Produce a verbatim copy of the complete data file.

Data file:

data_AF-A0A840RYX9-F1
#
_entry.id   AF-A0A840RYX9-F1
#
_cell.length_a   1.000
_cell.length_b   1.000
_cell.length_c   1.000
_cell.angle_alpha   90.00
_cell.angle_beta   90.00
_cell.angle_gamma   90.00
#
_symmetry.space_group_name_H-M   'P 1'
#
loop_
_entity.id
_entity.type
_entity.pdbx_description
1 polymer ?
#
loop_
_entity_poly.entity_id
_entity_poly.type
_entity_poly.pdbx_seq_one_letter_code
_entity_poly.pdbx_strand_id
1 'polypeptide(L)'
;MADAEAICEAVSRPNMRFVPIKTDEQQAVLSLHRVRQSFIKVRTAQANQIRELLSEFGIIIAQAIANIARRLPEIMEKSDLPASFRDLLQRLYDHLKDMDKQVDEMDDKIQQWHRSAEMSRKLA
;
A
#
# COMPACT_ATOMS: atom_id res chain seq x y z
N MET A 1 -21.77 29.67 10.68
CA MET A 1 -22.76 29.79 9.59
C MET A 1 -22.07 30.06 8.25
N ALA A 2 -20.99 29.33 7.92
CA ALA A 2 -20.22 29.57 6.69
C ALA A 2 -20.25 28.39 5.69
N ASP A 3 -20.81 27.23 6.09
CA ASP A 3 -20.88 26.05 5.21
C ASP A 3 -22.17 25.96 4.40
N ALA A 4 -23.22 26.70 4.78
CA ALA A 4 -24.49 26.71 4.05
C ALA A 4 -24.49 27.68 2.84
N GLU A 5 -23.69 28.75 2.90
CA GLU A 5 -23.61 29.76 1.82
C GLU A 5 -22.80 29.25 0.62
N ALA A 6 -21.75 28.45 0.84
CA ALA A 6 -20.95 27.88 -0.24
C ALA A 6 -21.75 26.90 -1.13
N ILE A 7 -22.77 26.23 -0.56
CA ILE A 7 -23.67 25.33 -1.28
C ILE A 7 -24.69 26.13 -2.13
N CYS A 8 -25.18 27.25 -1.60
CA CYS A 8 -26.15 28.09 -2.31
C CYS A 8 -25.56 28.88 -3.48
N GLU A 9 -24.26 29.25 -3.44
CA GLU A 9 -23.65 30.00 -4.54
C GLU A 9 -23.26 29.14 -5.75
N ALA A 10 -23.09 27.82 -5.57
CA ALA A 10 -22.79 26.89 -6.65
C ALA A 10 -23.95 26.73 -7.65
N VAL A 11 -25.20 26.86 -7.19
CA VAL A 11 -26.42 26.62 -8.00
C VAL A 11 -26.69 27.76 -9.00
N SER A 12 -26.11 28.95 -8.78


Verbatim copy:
data_AF-A0A840RYX9-F1
#
_entry.id   AF-A0A840RYX9-F1
#
_cell.length_a   1.000
_cell.length_b   1.000
_cell.length_c   1.000
_cell.angle_alpha   90.00
_cell.angle_beta   90.00
_cell.angle_gamma   90.00
#
_symmetry.space_group_name_H-M   'P 1'
#
loop_
_entity.id
_entity.type
_entity.pdbx_description
1 polymer ?
#
loop_
_entity_poly.entity_id
_entity_poly.type
_entity_poly.pdbx_seq_one_letter_code
_entity_poly.pdbx_strand_id
1 'polypeptide(L)'
;MADAEAICEAVSRPNMRFVPIKTDEQQAVLSLHRVRQSFIKVRTAQANQIRELLSEFGIIIAQAIANIARRLPEIMEKSDLPASFRDLLQRLYDHLKDMDKQVDEMDDKIQQWHRSAEMSRKLA
;
A
#
# COMPACT_ATOMS: atom_id res chain seq x y z
N MET A 1 -21.77 29.67 10.68
CA MET A 1 -22.76 29.79 9.59
C MET A 1 -22.07 30.06 8.25
N ALA A 2 -20.99 29.33 7.92
CA ALA A 2 -20.22 29.57 6.69
C ALA A 2 -20.25 28.39 5.69
N ASP A 3 -20.81 27.23 6.09
CA ASP A 3 -20.88 26.05 5.21
C ASP A 3 -22.17 25.96 4.40
N ALA A 4 -23.22 26.70 4.78
CA ALA A 4 -24.49 26.71 4.05
C ALA A 4 -24.49 27.68 2.84
N GLU A 5 -23.69 28.75 2.90
CA GLU A 5 -23.61 29.76 1.82
C GLU A 5 -22.80 29.25 0.62
N ALA A 6 -21.75 28.45 0.84
CA ALA A 6 -20.95 27.88 -0.24
C ALA A 6 -21.75 26.90 -1.13
N ILE A 7 -22.77 26.23 -0.56
CA ILE A 7 -23.67 25.33 -1.28
C ILE A 7 -24.69 26.13 -2.13
N CYS A 8 -25.18 27.25 -1.60
CA CYS A 8 -26.15 28.09 -2.31
C CYS A 8 -25.56 28.88 -3.48
N GLU A 9 -24.26 29.25 -3.44
CA GLU A 9 -23.65 30.00 -4.54
C GLU A 9 -23.26 29.14 -5.75
N ALA A 10 -23.09 27.82 -5.57
CA ALA A 10 -22.79 26.89 -6.65
C ALA A 10 -23.95 26.73 -7.65
N VAL A 11 -25.20 26.86 -7.19
CA VAL A 11 -26.42 26.62 -8.00
C VAL A 11 -26.69 27.76 -9.00
N SER A 12 -26.11 28.95 -8.78